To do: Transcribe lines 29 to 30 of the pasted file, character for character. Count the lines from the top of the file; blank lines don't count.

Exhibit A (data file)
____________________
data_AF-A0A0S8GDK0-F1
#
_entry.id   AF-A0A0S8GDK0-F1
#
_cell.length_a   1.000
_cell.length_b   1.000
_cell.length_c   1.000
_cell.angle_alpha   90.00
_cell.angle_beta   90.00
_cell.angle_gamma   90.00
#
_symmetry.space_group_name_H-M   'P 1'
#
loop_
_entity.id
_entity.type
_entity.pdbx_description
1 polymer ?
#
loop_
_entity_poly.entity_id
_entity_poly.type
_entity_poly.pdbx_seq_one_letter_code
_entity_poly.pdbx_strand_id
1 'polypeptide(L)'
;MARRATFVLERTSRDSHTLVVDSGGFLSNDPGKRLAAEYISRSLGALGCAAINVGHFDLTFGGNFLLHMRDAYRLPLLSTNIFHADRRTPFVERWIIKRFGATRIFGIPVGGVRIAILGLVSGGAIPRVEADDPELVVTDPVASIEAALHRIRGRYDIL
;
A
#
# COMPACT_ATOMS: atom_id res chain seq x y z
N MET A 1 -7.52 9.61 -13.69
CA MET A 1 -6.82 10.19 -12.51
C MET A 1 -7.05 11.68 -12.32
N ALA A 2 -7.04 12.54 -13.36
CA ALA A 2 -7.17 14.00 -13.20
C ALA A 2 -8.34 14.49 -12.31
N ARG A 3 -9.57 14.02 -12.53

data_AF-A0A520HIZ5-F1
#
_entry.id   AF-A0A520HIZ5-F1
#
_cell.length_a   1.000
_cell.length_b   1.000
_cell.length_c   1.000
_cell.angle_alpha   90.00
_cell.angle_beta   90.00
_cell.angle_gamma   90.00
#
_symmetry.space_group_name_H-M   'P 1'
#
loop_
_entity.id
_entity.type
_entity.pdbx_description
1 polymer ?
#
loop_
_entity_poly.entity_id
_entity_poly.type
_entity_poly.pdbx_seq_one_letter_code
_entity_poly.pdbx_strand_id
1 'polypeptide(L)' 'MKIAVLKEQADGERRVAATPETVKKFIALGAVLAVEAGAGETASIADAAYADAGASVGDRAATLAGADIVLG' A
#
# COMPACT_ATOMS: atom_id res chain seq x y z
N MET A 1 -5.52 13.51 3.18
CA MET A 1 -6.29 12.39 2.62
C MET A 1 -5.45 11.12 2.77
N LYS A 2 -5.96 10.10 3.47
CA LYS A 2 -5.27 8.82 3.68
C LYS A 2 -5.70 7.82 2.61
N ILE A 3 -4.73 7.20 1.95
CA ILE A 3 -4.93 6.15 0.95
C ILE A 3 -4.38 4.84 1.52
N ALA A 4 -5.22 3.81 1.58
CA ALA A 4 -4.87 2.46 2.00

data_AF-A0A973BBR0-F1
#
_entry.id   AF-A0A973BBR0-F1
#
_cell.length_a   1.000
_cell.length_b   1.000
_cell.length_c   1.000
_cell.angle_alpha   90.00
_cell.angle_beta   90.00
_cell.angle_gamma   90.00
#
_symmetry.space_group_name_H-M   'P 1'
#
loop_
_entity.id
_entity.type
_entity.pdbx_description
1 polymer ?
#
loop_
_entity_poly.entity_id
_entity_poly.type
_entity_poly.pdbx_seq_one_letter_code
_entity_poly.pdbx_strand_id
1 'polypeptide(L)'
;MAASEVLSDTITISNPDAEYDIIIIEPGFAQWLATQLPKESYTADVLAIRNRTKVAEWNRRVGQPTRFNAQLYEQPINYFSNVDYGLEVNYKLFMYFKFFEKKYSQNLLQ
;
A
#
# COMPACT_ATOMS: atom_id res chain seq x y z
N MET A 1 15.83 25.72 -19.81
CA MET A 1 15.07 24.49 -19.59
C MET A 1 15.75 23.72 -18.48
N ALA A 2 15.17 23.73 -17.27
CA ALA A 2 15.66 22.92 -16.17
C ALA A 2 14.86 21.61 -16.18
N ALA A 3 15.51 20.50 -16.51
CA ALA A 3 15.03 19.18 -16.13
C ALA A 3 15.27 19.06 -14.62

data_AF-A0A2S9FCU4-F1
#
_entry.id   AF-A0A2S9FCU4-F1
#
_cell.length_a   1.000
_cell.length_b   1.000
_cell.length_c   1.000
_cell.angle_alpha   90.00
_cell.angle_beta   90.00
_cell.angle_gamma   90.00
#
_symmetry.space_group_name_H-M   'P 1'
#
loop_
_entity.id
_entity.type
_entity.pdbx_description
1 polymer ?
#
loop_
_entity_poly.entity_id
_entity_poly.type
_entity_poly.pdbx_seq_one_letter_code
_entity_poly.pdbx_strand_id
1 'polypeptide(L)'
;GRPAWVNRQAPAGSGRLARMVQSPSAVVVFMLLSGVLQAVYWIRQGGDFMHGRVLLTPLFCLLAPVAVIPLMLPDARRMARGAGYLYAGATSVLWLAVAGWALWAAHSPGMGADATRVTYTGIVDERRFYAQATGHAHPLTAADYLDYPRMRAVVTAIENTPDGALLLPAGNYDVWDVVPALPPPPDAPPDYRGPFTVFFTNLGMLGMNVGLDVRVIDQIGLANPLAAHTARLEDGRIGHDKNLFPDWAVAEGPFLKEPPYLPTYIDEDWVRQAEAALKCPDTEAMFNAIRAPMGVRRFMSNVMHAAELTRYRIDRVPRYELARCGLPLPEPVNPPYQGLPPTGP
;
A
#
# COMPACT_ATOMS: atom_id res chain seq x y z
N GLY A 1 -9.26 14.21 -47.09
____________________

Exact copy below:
#
# COMPACT_ATOMS: atom_id res chain seq x y z